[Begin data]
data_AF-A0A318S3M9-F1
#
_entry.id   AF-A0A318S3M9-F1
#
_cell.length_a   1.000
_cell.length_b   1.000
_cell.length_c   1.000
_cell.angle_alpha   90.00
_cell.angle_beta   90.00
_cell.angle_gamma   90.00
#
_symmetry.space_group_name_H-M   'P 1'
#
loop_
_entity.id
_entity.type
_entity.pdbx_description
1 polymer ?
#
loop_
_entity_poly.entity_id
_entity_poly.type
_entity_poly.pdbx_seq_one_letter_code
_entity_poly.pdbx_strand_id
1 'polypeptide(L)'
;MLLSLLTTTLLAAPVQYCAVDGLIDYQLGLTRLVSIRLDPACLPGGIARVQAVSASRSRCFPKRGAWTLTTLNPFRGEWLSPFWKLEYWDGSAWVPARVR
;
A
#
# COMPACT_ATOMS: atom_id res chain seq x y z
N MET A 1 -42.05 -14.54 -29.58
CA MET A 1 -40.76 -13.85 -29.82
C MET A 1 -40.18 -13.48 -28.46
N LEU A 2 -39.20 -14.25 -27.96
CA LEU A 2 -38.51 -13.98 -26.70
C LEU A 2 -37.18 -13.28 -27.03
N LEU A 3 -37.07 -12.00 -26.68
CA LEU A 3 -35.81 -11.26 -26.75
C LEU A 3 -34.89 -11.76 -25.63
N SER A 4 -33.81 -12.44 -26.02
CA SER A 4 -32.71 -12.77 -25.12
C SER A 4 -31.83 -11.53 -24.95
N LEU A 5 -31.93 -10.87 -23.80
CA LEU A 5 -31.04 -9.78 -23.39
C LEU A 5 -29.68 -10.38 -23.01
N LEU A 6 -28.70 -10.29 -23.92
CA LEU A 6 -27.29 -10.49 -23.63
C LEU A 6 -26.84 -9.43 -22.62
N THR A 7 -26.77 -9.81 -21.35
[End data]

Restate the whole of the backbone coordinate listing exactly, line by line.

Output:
data_AF-A0A318S3M9-F1
#
_entry.id   AF-A0A318S3M9-F1
#
_cell.length_a   1.000
_cell.length_b   1.000
_cell.length_c   1.000
_cell.angle_alpha   90.00
_cell.angle_beta   90.00
_cell.angle_gamma   90.00
#
_symmetry.space_group_name_H-M   'P 1'
#
loop_
_entity.id
_entity.type
_entity.pdbx_description
1 polymer ?
#
loop_
_entity_poly.entity_id
_entity_poly.type
_entity_poly.pdbx_seq_one_letter_code
_entity_poly.pdbx_strand_id
1 'polypeptide(L)'
;MLLSLLTTTLLAAPVQYCAVDGLIDYQLGLTRLVSIRLDPACLPGGIARVQAVSASRSRCFPKRGAWTLTTLNPFRGEWLSPFWKLEYWDGSAWVPARVR
;
A
#
# COMPACT_ATOMS: atom_id res chain seq x y z
N MET A 1 -42.05 -14.54 -29.58
CA MET A 1 -40.76 -13.85 -29.82
C MET A 1 -40.18 -13.48 -28.46
N LEU A 2 -39.20 -14.25 -27.96
CA LEU A 2 -38.51 -13.98 -26.70
C LEU A 2 -37.18 -13.28 -27.03
N LEU A 3 -37.07 -12.00 -26.68
CA LEU A 3 -35.81 -11.26 -26.75
C LEU A 3 -34.89 -11.76 -25.63
N SER A 4 -33.81 -12.44 -26.02
CA SER A 4 -32.71 -12.77 -25.12
C SER A 4 -31.83 -11.53 -24.95
N LEU A 5 -31.93 -10.87 -23.80
CA LEU A 5 -31.04 -9.78 -23.39
C LEU A 5 -29.68 -10.38 -23.01
N LEU A 6 -28.70 -10.29 -23.92
CA LEU A 6 -27.29 -10.49 -23.63
C LEU A 6 -26.84 -9.43 -22.62
N THR A 7 -26.77 -9.81 -21.35